Adapted for radio in light of the COVID-19 pandemic, Maleficarum is an hour-long play devised by final-year Theatre & Performance undergraduates at the University of Leeds. The production takes full advantage of its new medium, boldly conveying a unique, yet timeless, message through a deft knitting together of historical evidence and creative storytelling.
The premise is a re-visiting of the trial of Margaret Goldwell, who was convicted of witchcraft in 1611 Hagerstow. Now, in 2020, her descendants are seeking Margaret’s exhoneration using new evidence. The narration of the story as it happened in the seventeenth century is an effective blend of predominantly female voices- perhaps in defiance of the marginalisation and gender stereotypes of women in this time period. Two young girls, Annie and Grace, as well as the accused herself, are given centre ‘stage’, and even the magistrate has been cast as a woman. Although this is historically unlikely, the casting choice brings the message that women should no longer be silenced to the fore of Malificarum’s storytelling.
Overall, the attention to detail is impressive; the piece’s title is seemingly a nod to Malleus Maleficarum, one of the central texts on witchcraft. During evidence given in Maragret’s trial, a detailed understanding of the kind of arguments used to accuse witches is demonstrated; Margaret is given a mandrake to help her conceive, and her sister-in-law asserts that that “All witchcraft comes from carnal lust, which- in women- is insatiable”. Clearly, the company have done an immense amount of homework.
The use of music, especially the different ‘themetunes’ used to introduce the different characters, adds variety and a sense of structure for a listening audience, in the absence of visual cues. Similarly, the well-scripted overlaying of voices during the trials and newsreel convey the hysteria and accusatory nature of claims against women to which the play alludes. The smooth transitions between scenes and narrators makes Malificarum engaging, easy to follow and allows the audience to connect with the characters, despite only hearing their voices.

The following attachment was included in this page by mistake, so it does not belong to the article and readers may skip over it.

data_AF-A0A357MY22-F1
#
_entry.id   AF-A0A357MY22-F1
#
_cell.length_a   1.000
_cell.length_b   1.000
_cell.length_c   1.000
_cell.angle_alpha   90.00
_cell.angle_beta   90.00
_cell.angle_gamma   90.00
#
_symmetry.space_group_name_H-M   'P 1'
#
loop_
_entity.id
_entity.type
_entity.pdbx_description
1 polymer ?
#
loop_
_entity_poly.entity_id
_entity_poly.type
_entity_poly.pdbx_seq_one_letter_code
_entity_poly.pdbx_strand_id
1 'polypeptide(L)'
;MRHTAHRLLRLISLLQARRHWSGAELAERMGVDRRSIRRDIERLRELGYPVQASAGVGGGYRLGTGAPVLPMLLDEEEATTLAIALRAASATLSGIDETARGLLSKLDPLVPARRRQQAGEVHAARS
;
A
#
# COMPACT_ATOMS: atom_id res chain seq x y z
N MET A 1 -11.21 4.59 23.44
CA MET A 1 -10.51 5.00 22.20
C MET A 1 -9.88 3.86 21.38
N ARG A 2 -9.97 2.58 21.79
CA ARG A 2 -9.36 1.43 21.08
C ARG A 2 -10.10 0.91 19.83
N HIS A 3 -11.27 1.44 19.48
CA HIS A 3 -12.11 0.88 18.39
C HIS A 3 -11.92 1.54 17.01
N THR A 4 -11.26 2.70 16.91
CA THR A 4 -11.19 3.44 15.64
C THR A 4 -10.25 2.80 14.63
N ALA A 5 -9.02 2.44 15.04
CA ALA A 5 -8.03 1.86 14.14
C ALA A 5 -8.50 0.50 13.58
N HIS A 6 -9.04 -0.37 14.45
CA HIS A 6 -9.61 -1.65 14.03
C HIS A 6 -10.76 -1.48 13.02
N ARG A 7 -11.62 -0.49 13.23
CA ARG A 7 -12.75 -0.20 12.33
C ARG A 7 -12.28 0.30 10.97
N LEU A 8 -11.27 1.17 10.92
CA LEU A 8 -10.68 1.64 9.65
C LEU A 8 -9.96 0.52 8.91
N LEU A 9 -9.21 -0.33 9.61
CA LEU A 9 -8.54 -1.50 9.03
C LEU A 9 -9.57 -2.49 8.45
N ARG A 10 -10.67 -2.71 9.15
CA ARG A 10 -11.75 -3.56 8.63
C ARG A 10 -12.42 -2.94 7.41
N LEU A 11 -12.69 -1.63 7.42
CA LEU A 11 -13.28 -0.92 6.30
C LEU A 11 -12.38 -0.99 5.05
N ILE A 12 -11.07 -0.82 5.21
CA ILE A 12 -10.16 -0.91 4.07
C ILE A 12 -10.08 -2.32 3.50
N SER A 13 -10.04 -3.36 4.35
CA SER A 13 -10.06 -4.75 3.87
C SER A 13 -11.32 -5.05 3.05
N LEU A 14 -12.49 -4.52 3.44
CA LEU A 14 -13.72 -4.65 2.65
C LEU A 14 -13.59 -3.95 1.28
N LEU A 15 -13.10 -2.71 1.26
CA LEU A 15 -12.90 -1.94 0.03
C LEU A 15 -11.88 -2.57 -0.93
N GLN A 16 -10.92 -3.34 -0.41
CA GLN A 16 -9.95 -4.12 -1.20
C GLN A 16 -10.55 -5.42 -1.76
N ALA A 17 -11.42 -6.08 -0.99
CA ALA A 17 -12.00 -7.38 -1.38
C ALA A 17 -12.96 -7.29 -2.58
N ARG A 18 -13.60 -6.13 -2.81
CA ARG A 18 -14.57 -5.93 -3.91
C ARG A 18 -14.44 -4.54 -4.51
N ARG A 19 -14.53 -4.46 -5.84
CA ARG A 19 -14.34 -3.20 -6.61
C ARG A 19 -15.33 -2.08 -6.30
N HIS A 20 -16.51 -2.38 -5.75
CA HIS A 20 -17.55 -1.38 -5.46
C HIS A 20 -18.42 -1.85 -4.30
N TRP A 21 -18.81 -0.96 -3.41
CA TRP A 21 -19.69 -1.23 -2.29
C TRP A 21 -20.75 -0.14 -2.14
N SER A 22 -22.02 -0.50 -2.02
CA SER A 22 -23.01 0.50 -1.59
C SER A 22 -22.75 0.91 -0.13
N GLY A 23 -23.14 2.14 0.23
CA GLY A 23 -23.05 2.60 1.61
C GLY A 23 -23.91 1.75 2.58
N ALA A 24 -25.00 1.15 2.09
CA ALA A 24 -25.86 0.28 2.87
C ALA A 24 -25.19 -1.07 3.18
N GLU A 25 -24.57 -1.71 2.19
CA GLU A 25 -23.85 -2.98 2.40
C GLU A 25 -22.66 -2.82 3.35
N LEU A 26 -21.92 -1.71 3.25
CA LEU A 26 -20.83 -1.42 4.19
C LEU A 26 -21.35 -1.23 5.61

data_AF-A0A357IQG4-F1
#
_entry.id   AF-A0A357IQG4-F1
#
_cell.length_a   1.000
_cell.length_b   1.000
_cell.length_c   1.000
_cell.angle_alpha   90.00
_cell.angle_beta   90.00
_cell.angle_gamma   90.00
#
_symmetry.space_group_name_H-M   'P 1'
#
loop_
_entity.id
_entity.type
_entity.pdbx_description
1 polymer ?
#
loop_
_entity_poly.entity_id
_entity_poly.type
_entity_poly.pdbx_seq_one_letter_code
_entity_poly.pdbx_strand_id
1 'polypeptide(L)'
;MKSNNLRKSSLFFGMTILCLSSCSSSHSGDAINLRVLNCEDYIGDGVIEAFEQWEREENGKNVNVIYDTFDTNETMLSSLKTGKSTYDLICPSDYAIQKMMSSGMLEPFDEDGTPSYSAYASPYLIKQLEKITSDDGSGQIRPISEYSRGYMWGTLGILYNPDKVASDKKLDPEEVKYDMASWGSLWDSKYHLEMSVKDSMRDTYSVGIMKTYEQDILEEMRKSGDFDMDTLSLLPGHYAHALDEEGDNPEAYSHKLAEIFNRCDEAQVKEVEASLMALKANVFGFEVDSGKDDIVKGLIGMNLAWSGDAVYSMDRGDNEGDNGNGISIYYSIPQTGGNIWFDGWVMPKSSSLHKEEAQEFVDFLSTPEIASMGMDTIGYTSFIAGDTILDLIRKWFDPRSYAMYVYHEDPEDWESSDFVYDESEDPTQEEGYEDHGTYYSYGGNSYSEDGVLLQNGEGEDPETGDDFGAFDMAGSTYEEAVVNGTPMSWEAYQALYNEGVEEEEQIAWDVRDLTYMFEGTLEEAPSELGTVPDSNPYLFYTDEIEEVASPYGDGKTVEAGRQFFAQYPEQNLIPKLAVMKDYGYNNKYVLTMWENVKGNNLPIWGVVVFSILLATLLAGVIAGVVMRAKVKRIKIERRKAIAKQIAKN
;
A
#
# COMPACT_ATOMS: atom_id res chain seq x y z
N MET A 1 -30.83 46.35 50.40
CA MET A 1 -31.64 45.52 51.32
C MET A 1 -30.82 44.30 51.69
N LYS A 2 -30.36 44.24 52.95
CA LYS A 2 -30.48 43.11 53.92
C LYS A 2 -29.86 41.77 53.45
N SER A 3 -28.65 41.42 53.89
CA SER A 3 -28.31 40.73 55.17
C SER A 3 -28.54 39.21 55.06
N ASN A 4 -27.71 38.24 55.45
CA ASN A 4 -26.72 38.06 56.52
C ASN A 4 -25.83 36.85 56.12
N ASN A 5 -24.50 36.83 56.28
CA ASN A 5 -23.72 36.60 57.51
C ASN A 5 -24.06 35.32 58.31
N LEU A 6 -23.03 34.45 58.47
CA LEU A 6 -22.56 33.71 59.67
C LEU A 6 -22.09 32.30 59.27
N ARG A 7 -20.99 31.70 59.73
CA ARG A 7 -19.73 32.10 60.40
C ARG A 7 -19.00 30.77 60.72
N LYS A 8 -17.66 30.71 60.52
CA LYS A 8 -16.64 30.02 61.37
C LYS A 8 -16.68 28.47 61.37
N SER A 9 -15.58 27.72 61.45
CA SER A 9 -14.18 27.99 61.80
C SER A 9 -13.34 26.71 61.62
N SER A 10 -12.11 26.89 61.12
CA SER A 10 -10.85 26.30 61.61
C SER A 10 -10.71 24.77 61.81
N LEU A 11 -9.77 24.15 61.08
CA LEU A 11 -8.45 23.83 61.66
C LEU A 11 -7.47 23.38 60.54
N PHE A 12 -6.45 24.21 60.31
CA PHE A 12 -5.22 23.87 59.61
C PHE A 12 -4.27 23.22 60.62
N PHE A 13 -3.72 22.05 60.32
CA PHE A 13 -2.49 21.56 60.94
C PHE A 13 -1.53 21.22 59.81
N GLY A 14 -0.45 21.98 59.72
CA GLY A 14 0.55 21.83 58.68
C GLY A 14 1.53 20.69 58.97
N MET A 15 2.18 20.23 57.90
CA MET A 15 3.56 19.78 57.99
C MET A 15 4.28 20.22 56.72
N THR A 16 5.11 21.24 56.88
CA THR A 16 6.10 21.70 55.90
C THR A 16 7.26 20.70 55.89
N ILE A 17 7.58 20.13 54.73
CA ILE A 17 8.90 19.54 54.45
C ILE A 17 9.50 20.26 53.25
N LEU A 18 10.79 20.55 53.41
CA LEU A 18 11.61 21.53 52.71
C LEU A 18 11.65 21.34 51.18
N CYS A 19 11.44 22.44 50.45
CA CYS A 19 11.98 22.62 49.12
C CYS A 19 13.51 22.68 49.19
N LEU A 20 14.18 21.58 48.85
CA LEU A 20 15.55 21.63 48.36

The end of the play is strong, as the historical events about which we have just heard are translated into a request that we “cancel the witch”. Earlier, these kind of messages are more gently implied, such as the notion that both men and women can take part in dangerous vilifications of female figures, inferred from Florence’s damning accusation of Margaret. The explicit mention of female, celebrity figures whose experiences supports this, such as Princess Diana and Caroline Flack, makes for a powerful final scene. But, there is perhaps a lack of subtlety in this messaging, compared to the rest of the play.
After the revelation that the case has been rejected and a backlash has ensued, there is a listing of condemned historical female figures, including Joan of Arc. A further cresendo in tone and intensity, during the closing scene, might have given the audience a little more space to think for themselves and reflect on the issues at hand; I found myself reflecting on the narrative to get to grips with what I had just seen, rather than taking in the contemporary relevance of the play. Despite this, the piece is generally effective in its linking of the phenomenon of witch trials to the ongoing subjugation of women. It draws our attention to the fact that witchcraft trials still occur in various countries, and as such, the message of the final line “#BeKind” does resonate, backed by the memorable and creatively conveyed story we have just heard.
You can listen to Maleficarum now by clicking here.
Words by Lottie Hayton.